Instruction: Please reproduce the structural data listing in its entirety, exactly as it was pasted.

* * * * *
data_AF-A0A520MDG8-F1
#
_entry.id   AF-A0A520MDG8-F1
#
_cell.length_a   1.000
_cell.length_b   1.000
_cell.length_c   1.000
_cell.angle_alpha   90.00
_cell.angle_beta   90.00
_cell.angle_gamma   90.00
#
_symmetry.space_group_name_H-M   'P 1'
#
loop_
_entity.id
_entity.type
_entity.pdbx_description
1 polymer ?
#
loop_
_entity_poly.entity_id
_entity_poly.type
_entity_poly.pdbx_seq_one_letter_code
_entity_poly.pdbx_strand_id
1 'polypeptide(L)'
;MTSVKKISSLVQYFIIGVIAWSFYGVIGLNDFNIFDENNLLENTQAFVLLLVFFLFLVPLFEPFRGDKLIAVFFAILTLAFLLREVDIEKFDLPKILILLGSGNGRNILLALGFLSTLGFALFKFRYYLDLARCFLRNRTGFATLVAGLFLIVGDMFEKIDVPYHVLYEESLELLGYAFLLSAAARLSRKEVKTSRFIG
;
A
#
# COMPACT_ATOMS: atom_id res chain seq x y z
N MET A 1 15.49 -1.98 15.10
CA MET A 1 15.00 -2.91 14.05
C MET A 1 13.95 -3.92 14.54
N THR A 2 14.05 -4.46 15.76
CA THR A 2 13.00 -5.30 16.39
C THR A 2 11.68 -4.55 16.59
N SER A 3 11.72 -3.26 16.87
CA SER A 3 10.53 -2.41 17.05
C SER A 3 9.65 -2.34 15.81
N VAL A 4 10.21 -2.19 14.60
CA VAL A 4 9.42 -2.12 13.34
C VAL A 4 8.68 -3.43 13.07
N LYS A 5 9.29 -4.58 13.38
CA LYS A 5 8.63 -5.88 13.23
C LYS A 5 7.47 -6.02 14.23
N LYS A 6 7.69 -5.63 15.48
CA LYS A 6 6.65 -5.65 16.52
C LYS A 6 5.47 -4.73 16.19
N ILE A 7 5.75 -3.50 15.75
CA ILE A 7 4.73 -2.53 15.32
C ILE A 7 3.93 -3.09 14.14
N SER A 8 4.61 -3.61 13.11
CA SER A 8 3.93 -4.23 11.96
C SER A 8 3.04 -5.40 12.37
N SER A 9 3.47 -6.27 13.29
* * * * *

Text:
data_AF-A0A520MDG8-F1
#
_entry.id   AF-A0A520MDG8-F1
#
_cell.length_a   1.000
_cell.length_b   1.000
_cell.length_c   1.000
_cell.angle_alpha   90.00
_cell.angle_beta   90.00
_cell.angle_gamma   90.00
#
_symmetry.space_group_name_H-M   'P 1'
#
loop_
_entity.id
_entity.type
_entity.pdbx_description
1 polymer ?
#
loop_
_entity_poly.entity_id
_entity_poly.type
_entity_poly.pdbx_seq_one_letter_code
_entity_poly.pdbx_strand_id
1 'polypeptide(L)'
;MTSVKKISSLVQYFIIGVIAWSFYGVIGLNDFNIFDENNLLENTQAFVLLLVFFLFLVPLFEPFRGDKLIAVFFAILTLAFLLREVDIEKFDLPKILILLGSGNGRNILLALGFLSTLGFALFKFRYYLDLARCFLRNRTGFATLVAGLFLIVGDMFEKIDVPYHVLYEESLELLGYAFLLSAAARLSRKEVKTSRFIG
;
A
#
# COMPACT_ATOMS: atom_id res chain seq x y z
N MET A 1 15.49 -1.98 15.10
CA MET A 1 15.00 -2.91 14.05
C MET A 1 13.95 -3.92 14.54
N THR A 2 14.05 -4.46 15.76
CA THR A 2 13.00 -5.30 16.39
C THR A 2 11.68 -4.55 16.59
N SER A 3 11.72 -3.26 16.87
CA SER A 3 10.53 -2.41 17.05
C SER A 3 9.65 -2.34 15.81
N VAL A 4 10.21 -2.19 14.60
CA VAL A 4 9.42 -2.12 13.34
C VAL A 4 8.68 -3.43 13.07
N LYS A 5 9.29 -4.58 13.38
CA LYS A 5 8.63 -5.88 13.23
C LYS A 5 7.47 -6.02 14.23
N LYS A 6 7.69 -5.63 15.48
CA LYS A 6 6.65 -5.65 16.52
C LYS A 6 5.47 -4.73 16.19
N ILE A 7 5.75 -3.50 15.75
CA ILE A 7 4.73 -2.53 15.32
C ILE A 7 3.93 -3.09 14.14
N SER A 8 4.61 -3.61 13.11
CA SER A 8 3.93 -4.23 11.96
C SER A 8 3.04 -5.40 12.37
N SER A 9 3.47 -6.27 13.29